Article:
> Date: Wed, 22 May 1996 16:21:23 +0100 (BST)
> From: "McKay M.O." <email@example.com>
> BACK PROPOGATION of errors is a learning rule which is used in
> connectionist network processes.
Backprop is not a learning rule. The learning rule is the rule for
changing the connectivity from one node to another; an example is the
delat rule (see the chapter from Best). Backpropagation is a form of
> Connectionist networks are a
> relatively new phenomenon which demonstrate the programs learning
> ability through the production of specific outputs in response to
> certain inputs given.
This would have been just as true of any computer programme with inputs
and outputs. What is particular about neural nets is that they learn by
changing the interconnectivity of neuron-like units.
> These networks are made up of elementary units
> which are connected together in order for the units to link to one
> another. These units act on one another by either sending excitory or
> inhibitory signals and this is their means of communication.
Most artificial nets that do behavioral tasks actually have only one
kind of connection, a positive one varying from 0% to 100%; the ones
with inhibitory connections tend to be the ones that model internal
brain function rather than behaviour.
> networks do not have to follow explicit rules;
What does that mean (kid-sib-style)?
> in fact they can model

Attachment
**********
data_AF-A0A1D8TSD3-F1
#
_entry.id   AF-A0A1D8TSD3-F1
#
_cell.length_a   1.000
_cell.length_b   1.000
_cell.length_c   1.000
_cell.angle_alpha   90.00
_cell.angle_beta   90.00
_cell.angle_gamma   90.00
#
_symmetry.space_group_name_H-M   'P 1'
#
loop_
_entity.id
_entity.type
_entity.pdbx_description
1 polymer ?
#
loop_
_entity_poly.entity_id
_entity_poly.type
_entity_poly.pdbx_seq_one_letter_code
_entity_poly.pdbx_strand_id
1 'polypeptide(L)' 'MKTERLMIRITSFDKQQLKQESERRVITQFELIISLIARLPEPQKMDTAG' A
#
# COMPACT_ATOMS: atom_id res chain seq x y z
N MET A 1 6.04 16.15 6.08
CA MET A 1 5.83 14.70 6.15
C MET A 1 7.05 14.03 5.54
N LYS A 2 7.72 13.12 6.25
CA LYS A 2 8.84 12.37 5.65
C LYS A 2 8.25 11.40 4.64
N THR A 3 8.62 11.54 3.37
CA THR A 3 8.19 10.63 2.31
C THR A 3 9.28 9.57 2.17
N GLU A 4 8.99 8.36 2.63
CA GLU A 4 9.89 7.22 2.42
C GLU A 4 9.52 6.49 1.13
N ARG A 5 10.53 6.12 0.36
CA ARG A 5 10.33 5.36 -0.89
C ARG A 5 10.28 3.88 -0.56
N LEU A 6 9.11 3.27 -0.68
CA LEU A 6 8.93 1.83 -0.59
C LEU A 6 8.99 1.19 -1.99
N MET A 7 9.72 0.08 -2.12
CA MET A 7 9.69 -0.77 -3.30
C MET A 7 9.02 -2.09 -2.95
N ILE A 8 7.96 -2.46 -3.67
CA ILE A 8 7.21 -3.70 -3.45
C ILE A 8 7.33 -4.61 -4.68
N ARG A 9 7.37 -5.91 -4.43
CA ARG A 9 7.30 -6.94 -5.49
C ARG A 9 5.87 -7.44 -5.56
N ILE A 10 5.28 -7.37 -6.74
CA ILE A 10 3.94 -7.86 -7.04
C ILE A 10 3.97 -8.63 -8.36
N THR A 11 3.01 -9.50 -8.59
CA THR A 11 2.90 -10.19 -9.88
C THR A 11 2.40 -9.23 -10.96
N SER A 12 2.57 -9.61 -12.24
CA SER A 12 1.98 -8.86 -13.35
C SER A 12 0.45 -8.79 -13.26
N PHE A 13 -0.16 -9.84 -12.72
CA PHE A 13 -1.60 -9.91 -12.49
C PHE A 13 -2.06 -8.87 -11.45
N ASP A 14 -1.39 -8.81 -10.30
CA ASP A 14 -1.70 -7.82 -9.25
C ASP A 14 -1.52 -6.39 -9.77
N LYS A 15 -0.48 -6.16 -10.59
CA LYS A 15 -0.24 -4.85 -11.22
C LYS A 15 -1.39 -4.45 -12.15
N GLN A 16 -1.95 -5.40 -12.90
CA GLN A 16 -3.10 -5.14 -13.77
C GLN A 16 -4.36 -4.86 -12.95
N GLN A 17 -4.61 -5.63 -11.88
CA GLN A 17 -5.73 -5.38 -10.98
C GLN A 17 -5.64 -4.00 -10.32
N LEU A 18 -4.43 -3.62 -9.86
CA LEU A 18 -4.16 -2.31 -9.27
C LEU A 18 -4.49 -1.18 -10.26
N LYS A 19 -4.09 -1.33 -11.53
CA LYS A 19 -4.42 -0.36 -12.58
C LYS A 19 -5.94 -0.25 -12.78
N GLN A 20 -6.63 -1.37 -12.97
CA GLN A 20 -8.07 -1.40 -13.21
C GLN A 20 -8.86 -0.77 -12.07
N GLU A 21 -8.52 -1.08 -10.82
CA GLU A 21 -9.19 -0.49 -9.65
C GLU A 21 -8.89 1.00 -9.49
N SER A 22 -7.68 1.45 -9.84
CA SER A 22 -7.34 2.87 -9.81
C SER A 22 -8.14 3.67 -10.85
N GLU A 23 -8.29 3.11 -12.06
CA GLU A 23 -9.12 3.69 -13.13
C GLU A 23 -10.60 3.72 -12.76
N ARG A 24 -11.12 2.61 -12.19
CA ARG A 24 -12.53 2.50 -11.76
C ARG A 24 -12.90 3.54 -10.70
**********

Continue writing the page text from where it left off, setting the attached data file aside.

> cognitive behaviour.
What is "cognitive" behaviour, and what behaviour do they model?
(Categorisation is a prominent one.)
> Patterns of activation can be stored in the network
> and these associate various inputs with certain outputs.
It's not patterns of activation that are stored so much as connection
strengths, so that a given input will produce a certain pattern of
> Models include
> many layers which deal with complex behaviour. One layer is made up of
> input units which encode a stimulus for pattern activation and the
> other layer produces a response to the stimulus. The networks produce
> specific outputs in response to certain stimuli and because of this,it
> seems that a certain behaviour is produced which demonstrates the
> networks ability to follow learned rules.
What does the last sentence mean?
> Networks are able to learn
> association between different inputs and outputs by adjusting weights
> in links between the units.
> Getting repetitious.
> Many rules can modify these weights and
> this is where back propogation plays it's part.
Inputs modify the weights on the basis of supervision.
> At the very beginning
> of the "learning" process ,random weights are introduced on links
> between units and often the response produced is not correct. Back
> propogation compares the incorrect pattern with the required output
> response. The errors that occur are recorded and then B.P.influences
> the network so weights are modified in order for the required output to
> be produced; this supervised learning technique strengthens connections
> and weakens them when they are wrong; so after a certain learning
> period, the required response is performed due to influence of B.P.
Kid sib wouldn't be able to figure it out from this that after the net
produces an output, this is propagated backwards toward the input,
strengthening all the connections that led to that output if it was
correct, weakening them if it was wrong.
For a better mark, explain more clearly and fully, and link to
categorisation or supervision, or symbols, or unsupervised learning,
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